Steve Ballmer Regrets Slow Pivot To Hardware While Serving As Microsoft's Exuberant CEO

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It has been over three years since Steve Ballmer left Microsoft, and the company has thrived without him at the helm. Current CEO Satya Nadella has transitioned the company into a “cloud” powerhouse and has embraced the lucrative subscription model for its products. Microsoft has invested heavily in deep learning technology and has focused more attention to promoting its apps and services on competing platforms like iOS and Android.

In Ballmer’s absence, the company’s stock has nearly doubled from $36 to just over $70 per share. So, what is Nadella getting right that Ballmer seemingly got wrong during his 14-year reign as Microsoft CEO? Ballmer had a bit of self-reflection at this year’s Code Conference, and pointed to a lack of urgency in transitioning to hardware.

“I think I was too slow, in cases, to recognize the need for new capability. And particularly in hardware,” said Ballmer. “I wish we'd built the capability to be a world-class hardware company, because one of the new expressions of software is essentially the hardware, and I think we came to that later than I think the company should have built that under my leadership should have built that capability earlier than we did."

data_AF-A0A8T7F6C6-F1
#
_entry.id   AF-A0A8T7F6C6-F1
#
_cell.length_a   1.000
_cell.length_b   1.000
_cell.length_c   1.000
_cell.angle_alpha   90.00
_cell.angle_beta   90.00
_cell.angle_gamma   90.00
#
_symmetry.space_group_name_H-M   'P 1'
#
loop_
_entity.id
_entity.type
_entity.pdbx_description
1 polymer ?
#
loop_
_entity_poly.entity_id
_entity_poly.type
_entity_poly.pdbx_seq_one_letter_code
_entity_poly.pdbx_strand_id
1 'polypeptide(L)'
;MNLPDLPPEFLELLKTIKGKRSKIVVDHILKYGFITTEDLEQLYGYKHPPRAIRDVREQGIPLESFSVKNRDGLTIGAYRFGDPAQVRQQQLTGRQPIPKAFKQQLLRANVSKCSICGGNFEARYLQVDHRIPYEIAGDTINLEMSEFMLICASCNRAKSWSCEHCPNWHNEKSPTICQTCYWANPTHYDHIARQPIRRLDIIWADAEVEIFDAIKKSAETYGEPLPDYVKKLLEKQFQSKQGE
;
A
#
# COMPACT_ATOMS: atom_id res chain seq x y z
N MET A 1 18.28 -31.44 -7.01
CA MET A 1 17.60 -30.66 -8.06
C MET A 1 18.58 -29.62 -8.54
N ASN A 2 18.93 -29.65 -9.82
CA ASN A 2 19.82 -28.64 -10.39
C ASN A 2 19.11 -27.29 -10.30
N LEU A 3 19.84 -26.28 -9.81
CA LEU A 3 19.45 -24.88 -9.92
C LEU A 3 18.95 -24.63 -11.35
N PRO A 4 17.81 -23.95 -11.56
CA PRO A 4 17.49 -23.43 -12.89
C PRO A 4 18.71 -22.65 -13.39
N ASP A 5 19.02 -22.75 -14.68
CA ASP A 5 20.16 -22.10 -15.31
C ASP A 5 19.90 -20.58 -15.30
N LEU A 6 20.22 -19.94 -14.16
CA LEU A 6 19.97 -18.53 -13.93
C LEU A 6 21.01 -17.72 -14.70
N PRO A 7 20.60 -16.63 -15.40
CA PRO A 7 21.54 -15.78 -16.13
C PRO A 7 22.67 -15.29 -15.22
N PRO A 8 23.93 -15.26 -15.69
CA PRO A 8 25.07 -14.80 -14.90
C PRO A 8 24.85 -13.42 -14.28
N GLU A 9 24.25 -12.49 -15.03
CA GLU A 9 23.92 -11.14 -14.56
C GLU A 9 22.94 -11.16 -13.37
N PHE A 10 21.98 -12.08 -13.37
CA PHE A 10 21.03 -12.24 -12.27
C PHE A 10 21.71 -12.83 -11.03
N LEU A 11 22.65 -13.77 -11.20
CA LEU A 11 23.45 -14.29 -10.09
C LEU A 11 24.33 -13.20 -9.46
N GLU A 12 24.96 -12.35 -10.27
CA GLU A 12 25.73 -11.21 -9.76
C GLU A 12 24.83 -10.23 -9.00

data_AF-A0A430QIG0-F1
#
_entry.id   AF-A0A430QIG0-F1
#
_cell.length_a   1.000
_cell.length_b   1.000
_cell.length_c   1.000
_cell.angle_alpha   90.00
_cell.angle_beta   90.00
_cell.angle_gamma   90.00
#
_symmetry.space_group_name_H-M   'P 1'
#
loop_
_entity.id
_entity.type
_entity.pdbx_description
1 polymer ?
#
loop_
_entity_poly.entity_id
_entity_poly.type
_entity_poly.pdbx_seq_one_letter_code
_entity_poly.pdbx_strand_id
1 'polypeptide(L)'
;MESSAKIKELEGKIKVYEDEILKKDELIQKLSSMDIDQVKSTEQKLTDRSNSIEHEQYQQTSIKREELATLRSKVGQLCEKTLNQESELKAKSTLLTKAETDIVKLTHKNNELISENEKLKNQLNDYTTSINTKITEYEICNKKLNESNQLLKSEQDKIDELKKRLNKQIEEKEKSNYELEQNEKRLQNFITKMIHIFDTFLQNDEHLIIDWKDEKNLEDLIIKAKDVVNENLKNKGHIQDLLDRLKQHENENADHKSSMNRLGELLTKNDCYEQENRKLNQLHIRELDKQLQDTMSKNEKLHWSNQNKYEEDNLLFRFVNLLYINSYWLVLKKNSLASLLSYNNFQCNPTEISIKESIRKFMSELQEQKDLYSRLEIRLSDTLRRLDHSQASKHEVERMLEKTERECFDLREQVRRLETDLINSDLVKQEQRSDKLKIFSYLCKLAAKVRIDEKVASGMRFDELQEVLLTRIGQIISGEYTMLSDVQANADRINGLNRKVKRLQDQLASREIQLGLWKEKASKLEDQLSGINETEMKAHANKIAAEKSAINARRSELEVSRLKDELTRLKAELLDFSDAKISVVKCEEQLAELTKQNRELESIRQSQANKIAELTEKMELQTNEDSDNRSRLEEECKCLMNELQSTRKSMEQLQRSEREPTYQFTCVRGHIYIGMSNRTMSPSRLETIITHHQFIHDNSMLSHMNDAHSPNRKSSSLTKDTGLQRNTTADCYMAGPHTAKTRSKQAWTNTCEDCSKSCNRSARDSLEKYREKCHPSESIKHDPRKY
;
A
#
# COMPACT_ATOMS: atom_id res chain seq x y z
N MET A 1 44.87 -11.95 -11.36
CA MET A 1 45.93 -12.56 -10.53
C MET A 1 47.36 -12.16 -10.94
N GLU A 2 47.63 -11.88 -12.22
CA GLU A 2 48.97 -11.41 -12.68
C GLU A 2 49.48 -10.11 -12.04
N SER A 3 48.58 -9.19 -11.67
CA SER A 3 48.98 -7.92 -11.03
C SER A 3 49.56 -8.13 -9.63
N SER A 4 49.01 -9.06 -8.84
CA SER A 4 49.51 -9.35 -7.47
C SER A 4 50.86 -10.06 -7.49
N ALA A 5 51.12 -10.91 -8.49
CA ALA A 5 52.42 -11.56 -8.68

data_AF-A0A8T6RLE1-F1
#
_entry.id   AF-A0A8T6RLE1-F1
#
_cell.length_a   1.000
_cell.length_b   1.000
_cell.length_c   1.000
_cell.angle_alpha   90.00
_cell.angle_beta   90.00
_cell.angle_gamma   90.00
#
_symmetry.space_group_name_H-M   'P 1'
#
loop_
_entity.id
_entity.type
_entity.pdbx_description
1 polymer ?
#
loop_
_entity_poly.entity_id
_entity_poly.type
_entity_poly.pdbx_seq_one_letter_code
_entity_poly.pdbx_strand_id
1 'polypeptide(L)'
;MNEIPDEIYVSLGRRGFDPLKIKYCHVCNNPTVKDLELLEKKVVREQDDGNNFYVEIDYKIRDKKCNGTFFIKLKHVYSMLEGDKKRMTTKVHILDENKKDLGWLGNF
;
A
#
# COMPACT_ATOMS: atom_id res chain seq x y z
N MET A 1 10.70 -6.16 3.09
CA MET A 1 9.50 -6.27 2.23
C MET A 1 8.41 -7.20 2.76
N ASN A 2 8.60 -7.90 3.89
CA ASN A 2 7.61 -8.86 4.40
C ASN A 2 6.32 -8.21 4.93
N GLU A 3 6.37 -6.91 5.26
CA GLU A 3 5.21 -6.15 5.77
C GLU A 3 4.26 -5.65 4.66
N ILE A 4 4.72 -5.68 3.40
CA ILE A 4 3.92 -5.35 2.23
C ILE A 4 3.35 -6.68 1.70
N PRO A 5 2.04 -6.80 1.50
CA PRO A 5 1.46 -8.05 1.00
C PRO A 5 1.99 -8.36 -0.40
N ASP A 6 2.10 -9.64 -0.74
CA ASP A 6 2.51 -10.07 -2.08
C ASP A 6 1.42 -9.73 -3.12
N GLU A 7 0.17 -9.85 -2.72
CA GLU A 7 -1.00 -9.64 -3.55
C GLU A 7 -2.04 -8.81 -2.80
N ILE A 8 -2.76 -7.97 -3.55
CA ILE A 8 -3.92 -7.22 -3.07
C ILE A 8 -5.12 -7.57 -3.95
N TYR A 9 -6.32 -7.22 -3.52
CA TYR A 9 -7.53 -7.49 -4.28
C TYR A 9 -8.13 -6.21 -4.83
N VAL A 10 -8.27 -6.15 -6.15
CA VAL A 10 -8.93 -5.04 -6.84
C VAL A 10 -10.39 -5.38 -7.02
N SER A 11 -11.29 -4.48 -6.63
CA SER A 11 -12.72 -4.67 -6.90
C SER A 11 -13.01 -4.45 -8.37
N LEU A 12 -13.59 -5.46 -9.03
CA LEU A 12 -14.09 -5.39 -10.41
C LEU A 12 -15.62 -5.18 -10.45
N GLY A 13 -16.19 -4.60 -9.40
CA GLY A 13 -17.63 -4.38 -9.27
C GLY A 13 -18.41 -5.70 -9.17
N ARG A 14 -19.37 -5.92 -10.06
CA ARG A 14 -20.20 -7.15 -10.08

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Microsoft never achieved the same type of success that Apple still enjoys in the smartphone market. Ballmer was once incredibly dismissive of the iPhone when it first landed on the scene, famously stating in 2007, “There’s no chance that the iPhone is going to get any significant market share. No chance. It’s a $500 subsidized item.”

However, Apple’s complete control over both hardware and software on the iPhone lead to an arguably more refined customer experience and allowed the company to profit handsomely from the sale of the devices. Ballmer realized the need for an in-house hardware arm and acquired Nokia’s Devices and Services division, but that purchase turned out to be a huge money pit for Microsoft and failed to improve its position in the smartphone market.

Ballmer also didn’t look too fondly on Microsoft’s early decision to use a software licensing model, which was fine for PC market, but not quite ideal for smartphones. "We tried to use all the same techniques, and the same techniques were never going to get us there,” added Ballmer. “We had the wrong monetization model, we had the wrong delivery model -- all of that, and it's because we didn't build new capability."

And although the Surface family was originally developed under Ballmer, it wasn’t until Nadella came onboard that the division began to really “make sense” for the company. Today, Microsoft has a full family of well-regarded Surface hardware, including the Surface Studio, Surface Pro, Surface Book and Surface Laptop. There are also lingering rumors that Microsoft will get back into the smartphone game with a Surface Phone.

(First Image Courtesy Microsoft/Flickr, Second Image Courtesy Long Zheng/Flickr)